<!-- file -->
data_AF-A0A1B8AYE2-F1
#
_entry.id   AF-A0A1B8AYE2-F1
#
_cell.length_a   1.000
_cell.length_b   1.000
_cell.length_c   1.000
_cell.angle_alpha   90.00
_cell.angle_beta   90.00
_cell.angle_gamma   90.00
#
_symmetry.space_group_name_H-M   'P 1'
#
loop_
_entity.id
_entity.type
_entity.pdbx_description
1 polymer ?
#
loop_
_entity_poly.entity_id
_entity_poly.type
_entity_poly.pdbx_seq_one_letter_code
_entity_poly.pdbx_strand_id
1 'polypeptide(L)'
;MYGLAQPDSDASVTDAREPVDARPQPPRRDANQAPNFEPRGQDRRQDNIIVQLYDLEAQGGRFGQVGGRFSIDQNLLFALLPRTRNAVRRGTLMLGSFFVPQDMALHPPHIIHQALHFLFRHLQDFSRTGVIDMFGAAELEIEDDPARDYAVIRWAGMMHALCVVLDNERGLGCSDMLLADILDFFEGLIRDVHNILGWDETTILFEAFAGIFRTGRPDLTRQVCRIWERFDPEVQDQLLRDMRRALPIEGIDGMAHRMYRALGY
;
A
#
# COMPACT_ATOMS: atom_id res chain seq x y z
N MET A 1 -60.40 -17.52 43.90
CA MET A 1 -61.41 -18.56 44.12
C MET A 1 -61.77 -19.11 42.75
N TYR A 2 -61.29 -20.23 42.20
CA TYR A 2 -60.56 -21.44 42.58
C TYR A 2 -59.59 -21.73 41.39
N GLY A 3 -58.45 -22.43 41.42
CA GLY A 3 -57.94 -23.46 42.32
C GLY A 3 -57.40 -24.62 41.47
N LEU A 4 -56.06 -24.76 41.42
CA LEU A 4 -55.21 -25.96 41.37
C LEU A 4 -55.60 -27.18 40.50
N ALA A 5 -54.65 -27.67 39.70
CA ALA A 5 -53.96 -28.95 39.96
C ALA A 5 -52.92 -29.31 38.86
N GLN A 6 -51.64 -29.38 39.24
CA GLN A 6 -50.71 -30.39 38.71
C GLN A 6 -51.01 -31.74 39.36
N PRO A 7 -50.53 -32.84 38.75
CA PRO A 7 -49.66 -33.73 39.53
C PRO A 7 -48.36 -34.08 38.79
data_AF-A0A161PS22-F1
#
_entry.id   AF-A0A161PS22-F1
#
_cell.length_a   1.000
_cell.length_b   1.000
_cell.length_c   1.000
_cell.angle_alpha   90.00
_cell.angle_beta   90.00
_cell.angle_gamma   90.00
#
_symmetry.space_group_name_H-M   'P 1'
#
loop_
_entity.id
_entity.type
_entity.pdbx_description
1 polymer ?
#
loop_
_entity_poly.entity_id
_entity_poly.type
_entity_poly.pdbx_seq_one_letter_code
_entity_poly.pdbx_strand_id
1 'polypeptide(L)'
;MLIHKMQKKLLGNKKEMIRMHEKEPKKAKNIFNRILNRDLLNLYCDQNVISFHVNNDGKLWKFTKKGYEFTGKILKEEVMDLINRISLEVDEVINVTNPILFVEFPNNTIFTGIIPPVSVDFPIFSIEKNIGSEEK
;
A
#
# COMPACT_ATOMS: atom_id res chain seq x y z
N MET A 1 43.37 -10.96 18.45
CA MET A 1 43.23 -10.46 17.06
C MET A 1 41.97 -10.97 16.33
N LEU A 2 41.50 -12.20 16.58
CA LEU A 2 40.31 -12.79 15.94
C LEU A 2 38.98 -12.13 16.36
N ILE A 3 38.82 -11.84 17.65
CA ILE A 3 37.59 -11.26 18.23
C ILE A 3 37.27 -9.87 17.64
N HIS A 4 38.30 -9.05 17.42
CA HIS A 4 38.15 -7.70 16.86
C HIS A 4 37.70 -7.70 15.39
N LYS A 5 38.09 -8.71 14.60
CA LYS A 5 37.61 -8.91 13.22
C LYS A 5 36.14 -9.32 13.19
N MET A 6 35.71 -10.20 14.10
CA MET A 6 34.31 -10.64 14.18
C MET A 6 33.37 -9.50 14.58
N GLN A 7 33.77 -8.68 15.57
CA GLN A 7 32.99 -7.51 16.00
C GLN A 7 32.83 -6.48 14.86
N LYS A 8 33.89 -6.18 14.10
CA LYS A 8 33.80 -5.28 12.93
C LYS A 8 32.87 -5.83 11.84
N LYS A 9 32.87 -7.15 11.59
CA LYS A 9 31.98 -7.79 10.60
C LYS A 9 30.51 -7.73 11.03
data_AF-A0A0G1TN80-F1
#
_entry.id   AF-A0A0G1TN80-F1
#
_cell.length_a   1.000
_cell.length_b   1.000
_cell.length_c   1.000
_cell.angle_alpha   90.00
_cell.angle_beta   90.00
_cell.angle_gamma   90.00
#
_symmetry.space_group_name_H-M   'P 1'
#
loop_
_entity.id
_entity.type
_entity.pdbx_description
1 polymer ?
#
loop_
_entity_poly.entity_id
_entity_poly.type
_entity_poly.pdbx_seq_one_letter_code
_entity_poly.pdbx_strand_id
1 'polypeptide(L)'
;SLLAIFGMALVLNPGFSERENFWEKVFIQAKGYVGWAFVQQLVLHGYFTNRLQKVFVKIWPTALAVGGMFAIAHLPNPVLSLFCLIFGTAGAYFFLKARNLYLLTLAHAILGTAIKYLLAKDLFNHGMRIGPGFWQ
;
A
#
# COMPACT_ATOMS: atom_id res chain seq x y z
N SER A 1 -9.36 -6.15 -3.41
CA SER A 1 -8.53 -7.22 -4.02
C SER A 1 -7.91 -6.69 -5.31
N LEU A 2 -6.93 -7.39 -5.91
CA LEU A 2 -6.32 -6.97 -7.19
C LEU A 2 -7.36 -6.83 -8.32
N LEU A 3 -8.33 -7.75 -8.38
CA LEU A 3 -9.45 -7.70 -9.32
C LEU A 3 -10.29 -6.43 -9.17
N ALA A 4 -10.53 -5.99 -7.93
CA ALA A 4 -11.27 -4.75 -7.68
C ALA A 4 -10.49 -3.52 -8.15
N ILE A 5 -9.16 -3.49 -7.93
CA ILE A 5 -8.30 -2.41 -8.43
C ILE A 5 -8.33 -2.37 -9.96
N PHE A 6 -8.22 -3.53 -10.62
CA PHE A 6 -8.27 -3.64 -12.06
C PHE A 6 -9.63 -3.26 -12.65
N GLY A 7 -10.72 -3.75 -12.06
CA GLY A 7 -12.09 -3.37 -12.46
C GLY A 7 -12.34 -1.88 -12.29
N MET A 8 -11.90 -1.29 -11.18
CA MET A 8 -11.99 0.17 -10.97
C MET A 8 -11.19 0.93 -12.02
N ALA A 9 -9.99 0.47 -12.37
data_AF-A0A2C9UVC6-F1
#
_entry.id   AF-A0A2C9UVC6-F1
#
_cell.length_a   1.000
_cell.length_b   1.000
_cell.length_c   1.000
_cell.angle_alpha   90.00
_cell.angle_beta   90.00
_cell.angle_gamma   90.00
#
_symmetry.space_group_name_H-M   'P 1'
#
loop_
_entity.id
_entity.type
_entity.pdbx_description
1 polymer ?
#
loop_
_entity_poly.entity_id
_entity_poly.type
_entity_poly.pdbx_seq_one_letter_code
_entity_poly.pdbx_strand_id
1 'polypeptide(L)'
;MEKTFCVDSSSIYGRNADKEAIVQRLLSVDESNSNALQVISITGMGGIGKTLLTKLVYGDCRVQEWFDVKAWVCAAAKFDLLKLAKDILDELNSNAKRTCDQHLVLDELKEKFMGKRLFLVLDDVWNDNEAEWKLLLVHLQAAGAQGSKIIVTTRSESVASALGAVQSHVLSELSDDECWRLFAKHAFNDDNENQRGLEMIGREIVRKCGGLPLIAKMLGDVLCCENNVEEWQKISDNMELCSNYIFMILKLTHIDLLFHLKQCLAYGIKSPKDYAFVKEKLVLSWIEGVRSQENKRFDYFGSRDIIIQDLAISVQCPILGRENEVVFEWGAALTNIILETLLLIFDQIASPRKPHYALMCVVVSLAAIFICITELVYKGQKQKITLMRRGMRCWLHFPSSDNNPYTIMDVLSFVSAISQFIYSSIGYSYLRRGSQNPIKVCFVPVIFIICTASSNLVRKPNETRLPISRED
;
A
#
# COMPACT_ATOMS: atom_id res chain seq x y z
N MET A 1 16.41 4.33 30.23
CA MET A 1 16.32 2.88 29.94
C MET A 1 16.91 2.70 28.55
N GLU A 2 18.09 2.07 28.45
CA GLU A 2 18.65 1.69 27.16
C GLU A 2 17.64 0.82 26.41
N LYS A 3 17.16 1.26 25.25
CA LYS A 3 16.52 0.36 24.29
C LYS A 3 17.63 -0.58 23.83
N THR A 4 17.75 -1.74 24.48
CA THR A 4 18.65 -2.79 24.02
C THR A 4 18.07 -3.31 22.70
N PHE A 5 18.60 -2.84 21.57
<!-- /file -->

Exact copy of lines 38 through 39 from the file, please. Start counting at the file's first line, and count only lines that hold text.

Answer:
CA GLY A 3 -57.94 -23.46 42.32
C GLY A 3 -57.40 -24.62 41.47